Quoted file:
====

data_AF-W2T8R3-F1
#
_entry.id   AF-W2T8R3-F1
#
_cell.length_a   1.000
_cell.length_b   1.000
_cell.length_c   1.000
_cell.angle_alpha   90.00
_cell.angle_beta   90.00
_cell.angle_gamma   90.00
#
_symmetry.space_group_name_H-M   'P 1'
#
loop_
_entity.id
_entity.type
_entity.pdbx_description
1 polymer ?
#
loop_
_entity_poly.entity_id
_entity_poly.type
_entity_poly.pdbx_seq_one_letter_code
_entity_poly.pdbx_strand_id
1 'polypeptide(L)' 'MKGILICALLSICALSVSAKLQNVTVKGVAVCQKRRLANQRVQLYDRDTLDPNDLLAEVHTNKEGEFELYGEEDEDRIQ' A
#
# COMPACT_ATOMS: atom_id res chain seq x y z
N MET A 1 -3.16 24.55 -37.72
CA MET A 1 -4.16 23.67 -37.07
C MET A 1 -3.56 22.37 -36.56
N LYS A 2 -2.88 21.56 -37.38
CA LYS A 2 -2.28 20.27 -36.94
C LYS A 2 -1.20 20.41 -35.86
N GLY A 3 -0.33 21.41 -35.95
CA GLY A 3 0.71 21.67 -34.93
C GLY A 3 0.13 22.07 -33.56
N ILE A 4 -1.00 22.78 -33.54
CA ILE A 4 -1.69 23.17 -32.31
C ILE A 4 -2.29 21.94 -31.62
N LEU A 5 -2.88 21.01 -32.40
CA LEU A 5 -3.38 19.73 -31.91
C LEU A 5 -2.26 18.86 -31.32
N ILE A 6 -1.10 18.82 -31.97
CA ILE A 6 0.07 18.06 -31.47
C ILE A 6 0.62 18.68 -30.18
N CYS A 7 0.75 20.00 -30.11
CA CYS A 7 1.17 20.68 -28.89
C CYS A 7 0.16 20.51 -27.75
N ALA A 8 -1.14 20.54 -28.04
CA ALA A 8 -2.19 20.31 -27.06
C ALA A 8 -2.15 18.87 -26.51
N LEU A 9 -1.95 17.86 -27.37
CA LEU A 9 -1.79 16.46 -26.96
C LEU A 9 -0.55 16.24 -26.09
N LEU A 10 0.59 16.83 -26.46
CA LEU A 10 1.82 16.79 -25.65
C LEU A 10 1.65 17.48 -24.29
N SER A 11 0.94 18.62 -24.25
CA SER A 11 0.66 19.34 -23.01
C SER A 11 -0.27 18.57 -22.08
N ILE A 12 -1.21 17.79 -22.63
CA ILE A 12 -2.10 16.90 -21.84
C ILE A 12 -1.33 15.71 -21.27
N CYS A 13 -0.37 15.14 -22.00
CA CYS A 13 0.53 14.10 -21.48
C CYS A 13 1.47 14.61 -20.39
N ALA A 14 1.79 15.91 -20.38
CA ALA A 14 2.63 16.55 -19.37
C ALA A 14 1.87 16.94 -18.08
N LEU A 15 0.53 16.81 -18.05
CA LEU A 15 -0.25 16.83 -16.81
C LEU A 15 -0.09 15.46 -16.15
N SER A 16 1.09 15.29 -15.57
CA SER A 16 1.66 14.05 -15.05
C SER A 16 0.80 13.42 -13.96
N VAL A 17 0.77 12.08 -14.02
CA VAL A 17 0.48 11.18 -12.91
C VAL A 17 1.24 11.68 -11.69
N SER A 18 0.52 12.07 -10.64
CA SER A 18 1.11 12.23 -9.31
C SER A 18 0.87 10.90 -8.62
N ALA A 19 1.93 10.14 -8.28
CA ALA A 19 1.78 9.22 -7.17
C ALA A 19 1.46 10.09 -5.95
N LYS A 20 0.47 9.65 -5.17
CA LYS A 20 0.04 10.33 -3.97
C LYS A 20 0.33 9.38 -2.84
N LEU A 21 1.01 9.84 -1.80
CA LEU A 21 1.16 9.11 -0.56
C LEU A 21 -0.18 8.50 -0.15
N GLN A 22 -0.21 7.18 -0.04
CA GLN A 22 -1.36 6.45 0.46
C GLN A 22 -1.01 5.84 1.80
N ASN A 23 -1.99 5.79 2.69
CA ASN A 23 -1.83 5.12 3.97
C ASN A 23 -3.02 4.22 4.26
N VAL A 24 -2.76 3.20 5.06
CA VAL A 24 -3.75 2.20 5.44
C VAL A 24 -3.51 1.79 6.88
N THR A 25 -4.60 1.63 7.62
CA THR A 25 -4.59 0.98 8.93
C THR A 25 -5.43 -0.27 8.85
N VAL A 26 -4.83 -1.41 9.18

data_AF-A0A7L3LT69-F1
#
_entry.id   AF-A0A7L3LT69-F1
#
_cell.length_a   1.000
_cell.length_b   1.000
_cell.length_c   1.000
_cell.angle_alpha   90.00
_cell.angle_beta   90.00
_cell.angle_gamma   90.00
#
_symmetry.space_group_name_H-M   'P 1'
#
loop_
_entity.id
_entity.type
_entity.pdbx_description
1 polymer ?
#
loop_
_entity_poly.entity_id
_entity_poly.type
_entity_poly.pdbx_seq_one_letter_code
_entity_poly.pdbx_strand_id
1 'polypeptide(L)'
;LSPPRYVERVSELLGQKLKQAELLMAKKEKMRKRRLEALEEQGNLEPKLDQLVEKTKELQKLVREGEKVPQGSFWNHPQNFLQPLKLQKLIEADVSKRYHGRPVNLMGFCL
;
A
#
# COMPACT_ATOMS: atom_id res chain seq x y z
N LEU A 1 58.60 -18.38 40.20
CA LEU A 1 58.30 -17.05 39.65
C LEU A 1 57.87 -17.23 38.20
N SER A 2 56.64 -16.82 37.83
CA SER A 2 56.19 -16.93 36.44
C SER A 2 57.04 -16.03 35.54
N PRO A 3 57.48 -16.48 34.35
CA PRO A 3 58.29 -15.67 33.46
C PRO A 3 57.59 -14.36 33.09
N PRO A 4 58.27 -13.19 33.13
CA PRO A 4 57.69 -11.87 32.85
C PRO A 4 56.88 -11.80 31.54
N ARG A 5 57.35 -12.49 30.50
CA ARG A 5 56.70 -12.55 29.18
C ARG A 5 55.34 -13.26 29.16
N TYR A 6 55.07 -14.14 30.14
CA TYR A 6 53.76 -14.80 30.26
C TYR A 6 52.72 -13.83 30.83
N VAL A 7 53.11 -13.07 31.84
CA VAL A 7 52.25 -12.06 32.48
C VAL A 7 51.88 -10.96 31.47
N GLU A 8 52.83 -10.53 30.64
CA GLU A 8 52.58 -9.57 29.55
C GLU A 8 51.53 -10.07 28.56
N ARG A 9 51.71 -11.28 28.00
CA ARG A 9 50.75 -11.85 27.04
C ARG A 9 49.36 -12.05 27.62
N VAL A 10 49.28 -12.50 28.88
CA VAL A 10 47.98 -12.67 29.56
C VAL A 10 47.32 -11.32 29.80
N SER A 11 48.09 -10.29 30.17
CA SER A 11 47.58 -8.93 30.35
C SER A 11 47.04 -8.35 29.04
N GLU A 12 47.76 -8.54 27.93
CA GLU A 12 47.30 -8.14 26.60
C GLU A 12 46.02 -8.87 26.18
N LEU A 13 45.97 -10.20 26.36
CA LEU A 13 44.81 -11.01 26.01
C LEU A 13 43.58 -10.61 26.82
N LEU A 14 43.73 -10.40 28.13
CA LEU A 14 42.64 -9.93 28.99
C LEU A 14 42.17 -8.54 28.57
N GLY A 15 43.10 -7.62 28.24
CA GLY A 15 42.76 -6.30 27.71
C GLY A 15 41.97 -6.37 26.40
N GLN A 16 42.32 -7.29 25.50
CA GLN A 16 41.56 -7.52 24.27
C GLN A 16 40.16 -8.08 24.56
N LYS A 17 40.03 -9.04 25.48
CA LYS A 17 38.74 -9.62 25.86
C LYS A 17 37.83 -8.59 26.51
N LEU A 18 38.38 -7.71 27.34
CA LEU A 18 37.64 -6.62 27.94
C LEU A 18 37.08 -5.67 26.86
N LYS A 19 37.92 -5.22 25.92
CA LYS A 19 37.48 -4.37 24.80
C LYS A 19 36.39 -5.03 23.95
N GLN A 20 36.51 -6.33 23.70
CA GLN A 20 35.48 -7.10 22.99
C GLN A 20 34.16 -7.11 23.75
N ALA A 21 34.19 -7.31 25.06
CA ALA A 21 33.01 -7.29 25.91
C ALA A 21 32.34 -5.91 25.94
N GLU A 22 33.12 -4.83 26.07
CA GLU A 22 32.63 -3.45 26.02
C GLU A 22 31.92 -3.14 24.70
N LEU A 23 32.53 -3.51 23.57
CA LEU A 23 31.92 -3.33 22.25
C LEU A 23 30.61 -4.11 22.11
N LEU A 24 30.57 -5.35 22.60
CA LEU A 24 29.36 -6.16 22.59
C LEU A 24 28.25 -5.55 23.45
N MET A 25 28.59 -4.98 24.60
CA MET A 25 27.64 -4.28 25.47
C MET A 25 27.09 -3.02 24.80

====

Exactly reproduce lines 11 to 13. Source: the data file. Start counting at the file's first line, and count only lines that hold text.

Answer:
#
_symmetry.space_group_name_H-M   'P 1'
#